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Re: [U-Boot] [PATCH v2 5/6] ARM: tegra: paz00: add dtbindings for nvec



Am Montag, 28. April 2014, 17:04:13 schrieb Stephen Warren:
> On 04/26/2014 07:14 PM, Andrey Danin wrote:
> This patch isn't adding DT bindings for NVEC, but rather add DT nodes.
> The binding is the schema, not the content.
> We need a DT binding document that's been reviewed by the DT binding
> maintainers. Can you please first submit a patch to the Linux kernel
> that modifies the existing I2C core and Tegra I2C controller binding
> documentation to add slave mode support. Once that's fully reviewed and
> ack'd, this patch series can implement support for it in U-Boot.

I'm sorry that I didn't came up with a proper kernel implementation, but while 
we are discussion the binding I just want to give some coins.

> > diff --git a/arch/arm/dts/tegra20-paz00.dts
> > b/arch/arm/dts/tegra20-paz00.dts> 
> >  	i2c@7000c500 {
> > 
> > -		status = "disabled";
> > +		status = "okay";
> > +		clock-frequency = <40000>;
> > +		slave-addr = <138>;
> > +		nvec {
> > +			compatible = "nvidia,tegra20-nvec";
> > +			request-gpios = <&gpio 170 0>; /* gpio PV2 */
> The reg property is missing here. Since the i2c node has
> #address-cells/#size-cells, there must be a reg property in the children.
> There's nothing here to indicate that this node is a slave device rather
> than a master device, and doesn't seem to be any allowance for a single
> I2C controller to support both master and slave nodes at the same time
> (which I think Tegra's controller can IIRC).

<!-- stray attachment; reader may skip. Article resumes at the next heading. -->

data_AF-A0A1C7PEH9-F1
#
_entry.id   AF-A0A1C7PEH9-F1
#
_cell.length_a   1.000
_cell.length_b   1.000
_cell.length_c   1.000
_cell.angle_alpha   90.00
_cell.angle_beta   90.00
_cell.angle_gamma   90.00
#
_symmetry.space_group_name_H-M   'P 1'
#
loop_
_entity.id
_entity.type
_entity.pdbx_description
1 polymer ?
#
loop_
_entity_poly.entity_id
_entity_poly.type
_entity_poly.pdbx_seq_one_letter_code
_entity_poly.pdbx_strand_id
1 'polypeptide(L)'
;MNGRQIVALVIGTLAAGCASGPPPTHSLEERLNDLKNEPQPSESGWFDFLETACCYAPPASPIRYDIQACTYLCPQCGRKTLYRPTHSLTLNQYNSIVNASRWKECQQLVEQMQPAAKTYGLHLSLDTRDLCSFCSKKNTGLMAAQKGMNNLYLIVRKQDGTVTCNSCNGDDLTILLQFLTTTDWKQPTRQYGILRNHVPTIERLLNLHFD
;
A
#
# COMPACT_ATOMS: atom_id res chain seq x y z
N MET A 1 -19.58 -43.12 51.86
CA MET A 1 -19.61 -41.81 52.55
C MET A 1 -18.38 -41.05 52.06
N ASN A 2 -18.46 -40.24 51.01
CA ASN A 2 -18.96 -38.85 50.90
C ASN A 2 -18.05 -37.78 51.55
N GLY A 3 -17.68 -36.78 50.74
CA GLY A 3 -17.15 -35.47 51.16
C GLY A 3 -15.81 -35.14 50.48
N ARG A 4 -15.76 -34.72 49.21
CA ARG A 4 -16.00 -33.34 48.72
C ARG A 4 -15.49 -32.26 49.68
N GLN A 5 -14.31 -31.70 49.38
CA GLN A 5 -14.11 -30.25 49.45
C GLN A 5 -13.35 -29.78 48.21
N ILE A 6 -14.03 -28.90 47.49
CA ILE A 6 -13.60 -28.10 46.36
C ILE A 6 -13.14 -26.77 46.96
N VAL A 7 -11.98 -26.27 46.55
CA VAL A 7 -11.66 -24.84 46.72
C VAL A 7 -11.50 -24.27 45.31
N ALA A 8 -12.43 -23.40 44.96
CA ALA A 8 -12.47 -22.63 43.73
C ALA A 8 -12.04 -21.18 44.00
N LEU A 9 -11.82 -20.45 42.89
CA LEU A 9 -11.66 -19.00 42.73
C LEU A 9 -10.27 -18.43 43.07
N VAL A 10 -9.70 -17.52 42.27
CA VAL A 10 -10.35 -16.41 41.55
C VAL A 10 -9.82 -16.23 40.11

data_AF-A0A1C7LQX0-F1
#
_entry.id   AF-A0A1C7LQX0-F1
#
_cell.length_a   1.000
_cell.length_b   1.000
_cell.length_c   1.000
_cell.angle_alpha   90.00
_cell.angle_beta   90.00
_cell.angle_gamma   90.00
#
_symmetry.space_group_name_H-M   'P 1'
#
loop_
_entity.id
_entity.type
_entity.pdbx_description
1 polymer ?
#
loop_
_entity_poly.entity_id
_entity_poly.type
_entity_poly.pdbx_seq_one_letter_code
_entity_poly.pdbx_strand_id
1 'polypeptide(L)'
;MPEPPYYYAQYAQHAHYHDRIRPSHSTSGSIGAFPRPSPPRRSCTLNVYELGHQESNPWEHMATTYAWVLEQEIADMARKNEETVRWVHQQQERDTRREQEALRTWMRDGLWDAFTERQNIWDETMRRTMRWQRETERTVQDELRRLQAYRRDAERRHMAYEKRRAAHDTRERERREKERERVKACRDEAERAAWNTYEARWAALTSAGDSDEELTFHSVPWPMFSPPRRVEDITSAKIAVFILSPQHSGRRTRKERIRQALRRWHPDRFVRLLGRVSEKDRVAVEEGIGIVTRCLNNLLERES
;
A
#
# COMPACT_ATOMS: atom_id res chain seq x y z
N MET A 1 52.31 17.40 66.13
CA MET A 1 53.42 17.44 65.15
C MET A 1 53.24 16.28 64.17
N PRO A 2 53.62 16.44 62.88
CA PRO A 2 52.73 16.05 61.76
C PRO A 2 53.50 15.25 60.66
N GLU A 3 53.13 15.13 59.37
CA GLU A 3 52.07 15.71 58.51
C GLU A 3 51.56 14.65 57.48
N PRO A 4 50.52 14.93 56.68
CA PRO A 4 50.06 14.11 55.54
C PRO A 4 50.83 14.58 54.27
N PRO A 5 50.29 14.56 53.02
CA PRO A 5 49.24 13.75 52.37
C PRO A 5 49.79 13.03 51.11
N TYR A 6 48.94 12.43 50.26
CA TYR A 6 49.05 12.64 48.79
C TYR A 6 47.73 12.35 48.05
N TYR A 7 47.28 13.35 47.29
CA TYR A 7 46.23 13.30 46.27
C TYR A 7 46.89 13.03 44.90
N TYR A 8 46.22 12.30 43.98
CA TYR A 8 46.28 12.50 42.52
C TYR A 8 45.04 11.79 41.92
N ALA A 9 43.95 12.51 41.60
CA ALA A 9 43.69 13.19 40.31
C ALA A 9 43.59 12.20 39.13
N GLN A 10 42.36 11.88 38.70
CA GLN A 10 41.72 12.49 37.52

> IIRC, I had previously suggested something like encoding master/slave
> into the reg property of the I2C child nodes. We could either do:
> a) Set some top-bit to indicate a slave device.
> b) If #address-cells=<1>, only master devices are present. If
> #address-cells=<2>, either master or slave devices could be present.
> Cell 0 could be 0==master, 1==slave, and cell 1 the actual I2C bus address.

I'm not sure if this is really needed. NVEC knows it has to configure the 
tegra controller as slave. I don't see a reason to double this fact in the 
device tree. I like the idea of how the downstream kernel does it. The driver 
calls something like tegra_i2c_init_slave with the slave address as an 
parameter. This means that the slave address is not a property of the i2c 
(slave-) controller, but of the master because it has the address hard coded 
in its firmware. So reg = <138>; would be sufficient here and it also enables 
multi-slave configs.

i2c-tegra must take care that only one transaction (slave or master) is 
running at a time. The client (e.g. nvec) is free to drop the excluse usage by 
calling tegra_i2c_stop_slave so master mode can be used again or another 
client (master device) can be started where the slave controller gets a 
different address.

Multi-master would require that only one master can hold the lock enabling 
slave mode, but that's all software stuff and not related to the binding.

Also the kernel binding would require that nvec node itself has subdevices for 
e.g. keyboard, mouse, power, ... which are connected to the internal ec bus. 
We can use the nvec protocol identifiers to assign an address here.

Ok, lets take a look at the binding now:

i2c@7000c500 {
		status = "okay";
		clock-frequency = <40000>;
		nvec@138 {
			compatible = "nvidia,nvec, simple-bus";
			#address-cells = <1>
			#size-cells = <0>;
			reg = <138>;
			request-gpios = <&gpio 170 0>; /* gpio PV2 */

			keyboard@5 {
				compatible = "nvidia,nvec-kbd";						
				reg = <5>;
			mouse@6 {
				compatible = "nvidia,nvec-aux";
				reg = <6>;
				packet-size = <6>;

Only thing I'm not sure is where to put the clock-frequency because it really 
depends on the i2c clients and if we have multiple masters, we could use 
multiple frequencies. Or maybe the lowest supported must be used instead, in 
which case the clock-frequency is better placed in the controller node.


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